Training


Spring Training - Advanced Schedule, Week 1

Monday: This Spring Training schedule is for advanced runners seeking to fine-tune their training by focusing on speedwork during a time period outside my 18-week marathon training program. If you can improve your speed at distances from 5-K to 10-K, it should make you a faster marathoner too. Once you achieve a speed base during one period of training, then you can shift to increased mileage during another period of training. This is known as "periodization"--and it works! During the next 12 weeks, Monday workouts are always the same. Use Monday as a day of comparative rest by running an easy 3 miles, then adjourning to the gym for 15-30 minutes of strength training and stretching. (This might be a good workout to do in a health club, since you can do your 3-miler on a treadmill before heading to the weight room.) Wednesday and Friday workouts will be about the same--but, unlike the schedules for novice and advanced runners, there is no weekly day on which you do "no running." I will suggest that you take a day off from time to time, particularly if there is a race scheduled on the weekend, but otherwise, this program features seven days of running a week. It's a no-holds-barred program, so get ready to run! Are you up to the challenge? Only a small percentage of runners can benefit from a program this demanding, but let's give it a try.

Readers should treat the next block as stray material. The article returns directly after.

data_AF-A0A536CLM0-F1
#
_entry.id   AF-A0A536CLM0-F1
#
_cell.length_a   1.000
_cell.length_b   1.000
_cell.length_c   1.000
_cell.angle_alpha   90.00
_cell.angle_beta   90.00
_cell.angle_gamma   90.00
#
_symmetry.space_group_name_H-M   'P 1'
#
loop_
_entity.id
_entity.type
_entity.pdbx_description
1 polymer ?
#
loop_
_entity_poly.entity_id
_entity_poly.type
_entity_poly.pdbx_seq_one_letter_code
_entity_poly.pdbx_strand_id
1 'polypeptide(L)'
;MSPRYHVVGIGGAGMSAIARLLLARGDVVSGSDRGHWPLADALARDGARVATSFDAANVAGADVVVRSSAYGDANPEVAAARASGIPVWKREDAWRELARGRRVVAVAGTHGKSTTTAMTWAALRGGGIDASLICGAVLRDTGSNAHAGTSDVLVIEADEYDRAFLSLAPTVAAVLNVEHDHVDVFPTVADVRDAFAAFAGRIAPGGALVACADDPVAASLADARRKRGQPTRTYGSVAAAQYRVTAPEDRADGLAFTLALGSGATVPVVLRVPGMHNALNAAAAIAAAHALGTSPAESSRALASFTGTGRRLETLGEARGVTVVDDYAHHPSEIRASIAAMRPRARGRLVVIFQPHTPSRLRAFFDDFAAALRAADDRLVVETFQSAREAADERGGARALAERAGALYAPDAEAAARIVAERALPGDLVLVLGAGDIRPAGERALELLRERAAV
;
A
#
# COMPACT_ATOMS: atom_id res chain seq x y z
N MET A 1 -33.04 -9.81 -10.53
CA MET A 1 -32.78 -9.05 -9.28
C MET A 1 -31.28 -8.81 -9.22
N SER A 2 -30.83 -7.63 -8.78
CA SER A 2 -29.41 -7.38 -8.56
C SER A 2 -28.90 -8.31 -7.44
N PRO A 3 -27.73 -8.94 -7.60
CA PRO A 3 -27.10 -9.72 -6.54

Tuesday: I've reserved this day toward the beginning of the week for some of your hardest training. The "hard" days of the week will be Tuesdays, Thursdays and Saturdays with long runs on Sundays that are what 1984 Olympic marathoner and coach Julie Isphording from Cincinnati describes as "sorta long." In between will be easy days. For the first 6 weeks of the 12-week program, you will run hills on Tuesdays. Then in the second 6 weeks, you will shift to the track. Select a hill about a quarter-mile long, but don't worry about pitch or the exact distance. Run up hard, as hard as you might doing a 200 or 400 repeat. Then turn and jog back down. Since today's workout is listed as 5 x Hill, repeat your uphill run five times. Be sure to warm up by jogging a mile or two before and cool down with the same distance after. That will give you a workout today of about 5 miles--but counting mileage is not important. More important is the quality of what you do, not the quantity.

Wednesday: Tuesday and Thursday workouts form a tough one-two punch in this advanced schedule--but that's what it takes to make you a faster runner. In between, you get to run easy. Jog an easy 3 miles today, then do some stretching, spending more time on this than you normally might do because speedwork (like you did yesterday) has a tendency to tighten your muscles. You can also do some lifting today, but you'll notice that on the 12-week chart the directions say "3m + Stretch" vs. "3m + Strength" on Mondays and Fridays. This shows where the emphasis should be. Check the screen "Stretch & Strengthen" on my web site for suggestions as to which exercises to do. Put together a regular routine that you can use each Monday, Wednesday or Friday.